Preservation techniques

Wageningen Food & Biobased Research examines how the composition of biomass changes over time, and how we can manage this change via successful preservation techniques.

The composition of biomass varies both per year and throughout the year, and can change quickly after harvest. Various preservation techniques allow us to influence the durability of biomass.

Silaging and drying

Known preservation techniques for biomass include silaging and drying. Silaging decreases the pH of the biomass, which causes a number of components to lose their functionality or break down. Drying also causes irreversible changes: an example is that subsequent separation of components from plant juices can be more challenging. Other preservation techniques that we apply to many foods, such as freezing or storage after pasteurisation/ sterilisation, are unfortunately often too costly for biomass to materials or feed production.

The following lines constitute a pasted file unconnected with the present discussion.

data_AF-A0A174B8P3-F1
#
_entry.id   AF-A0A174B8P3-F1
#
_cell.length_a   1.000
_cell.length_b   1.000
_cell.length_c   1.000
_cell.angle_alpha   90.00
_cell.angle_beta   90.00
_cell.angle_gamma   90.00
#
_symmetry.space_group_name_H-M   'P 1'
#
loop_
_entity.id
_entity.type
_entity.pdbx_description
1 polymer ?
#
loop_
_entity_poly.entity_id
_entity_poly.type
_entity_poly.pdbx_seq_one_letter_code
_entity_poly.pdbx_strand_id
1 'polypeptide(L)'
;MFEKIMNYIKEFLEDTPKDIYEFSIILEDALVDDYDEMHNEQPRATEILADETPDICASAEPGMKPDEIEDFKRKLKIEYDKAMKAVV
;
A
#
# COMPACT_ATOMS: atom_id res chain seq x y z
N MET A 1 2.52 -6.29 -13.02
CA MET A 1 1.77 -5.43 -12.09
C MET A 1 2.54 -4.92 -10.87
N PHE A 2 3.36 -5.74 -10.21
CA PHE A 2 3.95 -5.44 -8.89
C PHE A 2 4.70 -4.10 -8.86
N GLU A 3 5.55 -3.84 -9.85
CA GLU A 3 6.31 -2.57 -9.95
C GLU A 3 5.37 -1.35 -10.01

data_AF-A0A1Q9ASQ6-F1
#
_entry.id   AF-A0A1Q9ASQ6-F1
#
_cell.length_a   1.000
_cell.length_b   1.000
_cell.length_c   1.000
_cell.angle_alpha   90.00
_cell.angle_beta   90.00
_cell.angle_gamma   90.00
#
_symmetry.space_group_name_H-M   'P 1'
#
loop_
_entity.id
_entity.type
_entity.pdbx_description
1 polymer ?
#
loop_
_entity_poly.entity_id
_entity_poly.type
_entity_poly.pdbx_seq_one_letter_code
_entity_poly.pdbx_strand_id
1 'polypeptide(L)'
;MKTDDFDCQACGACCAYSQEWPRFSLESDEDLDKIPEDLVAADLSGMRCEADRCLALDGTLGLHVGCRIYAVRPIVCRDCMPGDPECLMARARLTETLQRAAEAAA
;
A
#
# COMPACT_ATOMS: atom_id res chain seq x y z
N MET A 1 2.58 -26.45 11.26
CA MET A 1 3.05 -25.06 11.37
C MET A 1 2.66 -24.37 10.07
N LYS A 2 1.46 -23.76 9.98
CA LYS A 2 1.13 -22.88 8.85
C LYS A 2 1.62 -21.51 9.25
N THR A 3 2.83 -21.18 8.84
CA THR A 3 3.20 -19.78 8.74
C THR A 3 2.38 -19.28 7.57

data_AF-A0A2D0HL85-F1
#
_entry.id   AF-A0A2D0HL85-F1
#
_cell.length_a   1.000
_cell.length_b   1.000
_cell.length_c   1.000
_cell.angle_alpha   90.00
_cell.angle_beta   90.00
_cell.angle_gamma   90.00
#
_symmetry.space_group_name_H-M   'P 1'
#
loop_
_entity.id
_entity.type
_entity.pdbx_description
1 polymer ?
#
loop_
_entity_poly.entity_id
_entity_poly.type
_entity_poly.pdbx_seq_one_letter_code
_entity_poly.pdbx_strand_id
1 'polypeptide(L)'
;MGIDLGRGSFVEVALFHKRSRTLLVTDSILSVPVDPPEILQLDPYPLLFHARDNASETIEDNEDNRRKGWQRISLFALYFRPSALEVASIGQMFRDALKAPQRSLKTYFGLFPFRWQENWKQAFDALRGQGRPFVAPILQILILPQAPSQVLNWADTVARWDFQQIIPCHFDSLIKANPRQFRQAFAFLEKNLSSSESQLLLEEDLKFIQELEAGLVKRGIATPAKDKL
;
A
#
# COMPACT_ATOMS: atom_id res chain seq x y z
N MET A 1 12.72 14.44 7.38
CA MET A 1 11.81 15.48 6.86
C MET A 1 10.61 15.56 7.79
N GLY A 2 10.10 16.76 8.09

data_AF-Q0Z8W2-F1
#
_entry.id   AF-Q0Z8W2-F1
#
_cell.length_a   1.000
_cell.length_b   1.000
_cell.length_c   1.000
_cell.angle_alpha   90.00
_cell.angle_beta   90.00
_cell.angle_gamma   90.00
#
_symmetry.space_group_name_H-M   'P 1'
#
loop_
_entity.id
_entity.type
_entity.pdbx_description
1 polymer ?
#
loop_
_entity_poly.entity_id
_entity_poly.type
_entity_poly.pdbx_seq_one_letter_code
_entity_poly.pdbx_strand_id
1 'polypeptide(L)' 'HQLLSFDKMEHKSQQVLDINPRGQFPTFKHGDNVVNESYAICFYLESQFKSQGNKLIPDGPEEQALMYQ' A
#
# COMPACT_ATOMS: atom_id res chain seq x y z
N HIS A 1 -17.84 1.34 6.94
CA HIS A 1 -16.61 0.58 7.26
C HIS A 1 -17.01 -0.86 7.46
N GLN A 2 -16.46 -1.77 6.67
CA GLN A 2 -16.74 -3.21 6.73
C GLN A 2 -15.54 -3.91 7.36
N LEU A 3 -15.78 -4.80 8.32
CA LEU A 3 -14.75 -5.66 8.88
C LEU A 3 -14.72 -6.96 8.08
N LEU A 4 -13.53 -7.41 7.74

Harvest and durability

Biomass does not have the same availability and durability characteristics as fossil fuels. The storage of biomass raw materials and the storage of intermediate and end products are subject to very specific challenges. This is why new preservation methods for biomass are of great importance for the biobased economy, along with harvest times and methods. When producing biomass immediately after harvesting was not necessary, it would be possible to carry out biorefining processes during ánd after the harvest season.

Preservation techniques as part of a process

Wagenigen Food & Biobased Research sees preservation techniques as an important part of the biorefining process. Besides maintaining certain properties during storage, we can use preservation techniques to initiate specific reactions, and make the technique part of the process. An example of such an application is the addition of enzymes and/or acids in the silaging process in order to hydrolyse green crops or process them into stable semi-finished products. We can, for instance, also optimise energy crops by harvesting them when they’re as dry as possible to minimise contamination. Together with customers and partners, we determine which preservation technique is best suited and desirable for a specific type of biomass as part of the biorefining process.